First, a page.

Thursday, February 2, 2023

Play

Palestinian advocates praise a new fact sheet on discrimination, Pennsylvania considers extending deadlines for abuse claims, and North Dakota's corporate farming debate affects landowners and tribes.

Play

Vice President Kamala Harris urges Congress to pass the George Floyd Justice in Policing Act, the House begins the process to impeach the Homeland Security Secretary, and the Federal Reserve nudges interest rates up.

Play

Is bird flu, inflation or price gouging to blame for astronomical egg prices? Pregnancy can be life-changing or life-ending depending on where you live, and nine tribal schools are transforming their outdoor spaces into community gathering areas.

Experts: Boost SNAP Purchasing Power in Next Farm Bill

Play

Tuesday, October 25, 2022   

Families are being forced to stretch their SNAP dollars due to inflation, and advocates say they want Congress to tackle the issue in the 2023 farm bill. Lawmakers are expected to begin working soon on the legislation, which focuses primarily on food-and-farming.

It is set to expire at the end of this year, and stands to be reauthorized every 5 years. According to the Kentucky Center for Economic Policy
, more than 12% of the state's residents rely on SNAP.

Cassidy Wheeler, advocacy coordinator for Feeding Kentucky, said it will be critical to expand federal funding for the program as food and gas prices continue to soar. "We're looking at increasing SNAP purchasing power because, obviously, cost is rising, inflation is very high," Wheeler said. "That is putting an increased pressure on food banks to meet those needs."

She added that advocates also want Congress to boost resources for the Farm to Food Bank Program, to ensure residents in need have access to local, fresh produce, while supporting the agricultural economy.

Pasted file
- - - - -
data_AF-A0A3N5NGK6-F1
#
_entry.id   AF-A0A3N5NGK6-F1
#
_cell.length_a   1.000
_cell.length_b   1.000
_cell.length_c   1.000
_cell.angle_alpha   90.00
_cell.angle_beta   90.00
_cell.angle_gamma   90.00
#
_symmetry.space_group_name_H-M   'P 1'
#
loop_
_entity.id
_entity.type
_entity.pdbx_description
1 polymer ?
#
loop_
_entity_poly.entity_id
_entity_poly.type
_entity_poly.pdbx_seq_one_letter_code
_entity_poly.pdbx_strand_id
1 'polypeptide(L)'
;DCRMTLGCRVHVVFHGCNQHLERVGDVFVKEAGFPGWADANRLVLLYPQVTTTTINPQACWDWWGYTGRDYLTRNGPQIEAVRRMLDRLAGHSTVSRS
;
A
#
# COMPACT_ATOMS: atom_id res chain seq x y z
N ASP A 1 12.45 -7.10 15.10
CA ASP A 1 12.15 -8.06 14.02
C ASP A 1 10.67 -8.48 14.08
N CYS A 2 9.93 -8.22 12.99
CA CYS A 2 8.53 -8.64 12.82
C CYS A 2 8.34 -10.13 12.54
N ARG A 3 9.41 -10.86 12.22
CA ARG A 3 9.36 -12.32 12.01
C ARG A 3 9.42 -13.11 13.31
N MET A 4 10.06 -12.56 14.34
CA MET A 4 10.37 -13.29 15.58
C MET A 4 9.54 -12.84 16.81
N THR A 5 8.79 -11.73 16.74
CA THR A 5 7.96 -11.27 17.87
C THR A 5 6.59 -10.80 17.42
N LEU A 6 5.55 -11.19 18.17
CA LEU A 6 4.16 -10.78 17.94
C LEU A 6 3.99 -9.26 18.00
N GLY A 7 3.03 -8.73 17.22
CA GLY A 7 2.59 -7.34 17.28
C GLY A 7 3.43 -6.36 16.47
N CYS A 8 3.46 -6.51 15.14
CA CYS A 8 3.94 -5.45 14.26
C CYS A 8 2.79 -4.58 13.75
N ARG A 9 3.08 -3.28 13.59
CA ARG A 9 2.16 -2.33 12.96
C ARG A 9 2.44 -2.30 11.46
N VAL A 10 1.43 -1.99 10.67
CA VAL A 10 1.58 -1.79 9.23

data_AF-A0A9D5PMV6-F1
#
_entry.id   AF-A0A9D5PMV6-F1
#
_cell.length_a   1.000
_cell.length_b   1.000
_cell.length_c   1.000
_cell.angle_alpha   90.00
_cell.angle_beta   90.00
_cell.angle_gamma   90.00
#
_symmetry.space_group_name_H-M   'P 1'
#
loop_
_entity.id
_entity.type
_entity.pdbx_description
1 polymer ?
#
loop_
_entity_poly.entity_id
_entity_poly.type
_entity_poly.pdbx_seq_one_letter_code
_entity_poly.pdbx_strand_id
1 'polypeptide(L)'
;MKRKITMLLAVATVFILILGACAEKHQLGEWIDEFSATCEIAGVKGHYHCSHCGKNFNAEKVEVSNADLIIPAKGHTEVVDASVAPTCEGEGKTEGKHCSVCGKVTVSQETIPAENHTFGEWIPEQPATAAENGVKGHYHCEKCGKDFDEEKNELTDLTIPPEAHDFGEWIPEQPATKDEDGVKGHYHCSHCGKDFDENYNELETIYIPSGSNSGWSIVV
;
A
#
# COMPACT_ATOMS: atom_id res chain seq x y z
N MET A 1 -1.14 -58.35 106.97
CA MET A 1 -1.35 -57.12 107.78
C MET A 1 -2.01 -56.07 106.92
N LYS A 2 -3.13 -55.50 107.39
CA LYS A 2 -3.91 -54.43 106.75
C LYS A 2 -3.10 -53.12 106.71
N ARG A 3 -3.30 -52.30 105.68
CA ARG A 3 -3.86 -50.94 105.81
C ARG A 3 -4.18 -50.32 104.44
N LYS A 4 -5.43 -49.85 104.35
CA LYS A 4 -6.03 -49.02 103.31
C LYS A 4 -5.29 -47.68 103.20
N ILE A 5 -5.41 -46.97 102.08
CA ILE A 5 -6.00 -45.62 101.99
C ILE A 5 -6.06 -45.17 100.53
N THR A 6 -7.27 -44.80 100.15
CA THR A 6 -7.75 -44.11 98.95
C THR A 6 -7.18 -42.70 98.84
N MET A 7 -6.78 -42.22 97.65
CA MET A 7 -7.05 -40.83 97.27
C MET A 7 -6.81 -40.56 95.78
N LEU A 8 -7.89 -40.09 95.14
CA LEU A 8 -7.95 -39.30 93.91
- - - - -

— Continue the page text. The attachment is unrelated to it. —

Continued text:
Wheeler says the SNAP application process is cumbersome, and often prevents eligible individuals from signing up. She is hoping lawmakers make changes in the next farm bill that simplify and streamline the enrollment process.

"Part of that is our state requirements," Wheeler said. "Here in Kentucky, we have more restrictions than the federal program requires."

She said modifying the legislation is part of a larger effort to eliminate stigma around the program.

"SNAP is feeding our most vulnerable populations, and it's doing a great job of it because for every one meal a food bank serves, SNAP serves nine," Wheeler said.

SNAP enrollment jumped by 16% statewide because of layoffs resulting from the COVID-19 pandemic, but participation has fallen since last summer, according to federal data.

Disclosure: Feeding Kentucky contributes to our fund for reporting on Hunger/Food/Nutrition, Poverty Issues. If you would like to help support news in the public interest, click here.


get more stories like this via email
Protestors at the University of California-Berkeley demonstrate in support of student groups that passed a bylaw pledging not to invite pro-Zionist speakers. (Palestine Legal)

Social Issues

Groups fighting for Palestinian rights are praising a new fact sheet on religious discrimination from the U.S. Department of Education's Office for …


Social Issues

Lawmakers and immigrants-rights activists in the Commonwealth are hoping to pass the Language Access and Inclusion Act, which would dramatically …

Environment

New U.S. Department of Agriculture rules will target fraud and increase oversight of the $64 billion-a-year organic food industry. In Iowa, the …


While mortality rates for pregnant women have decreased globally, they continue to rise in the United States, with Black women three times more likely to die during pregnancy than white women. (Inez/Adobe Stock)

Social Issues

By Jennifer Weiss-Wolf for Ms. Magazine.Broadcast version by Eric Galatas for Colorado News Connection reporting for the Ms. Magazine-Public News …

Health and Wellness

With Black History Month underway, Wisconsin researchers and support groups are highlighting the disparities in cases of Alzheimer's disease…

Environment

Oregon is pursuing an aggressive climate plan to switch to renewable energy sources, but it faces one often overlooked issue: enough high-voltage …

Social Issues

Advocates and stakeholders have solutions for the Virginia Employment Commission to get through its backlog of unemployment appeal cases. According …

 

Phone: 303.448.9105 Toll Free: 888.891.9416 Fax: 208.247.1830 Your trusted member- and audience-supported news source since 1996 Copyright 2021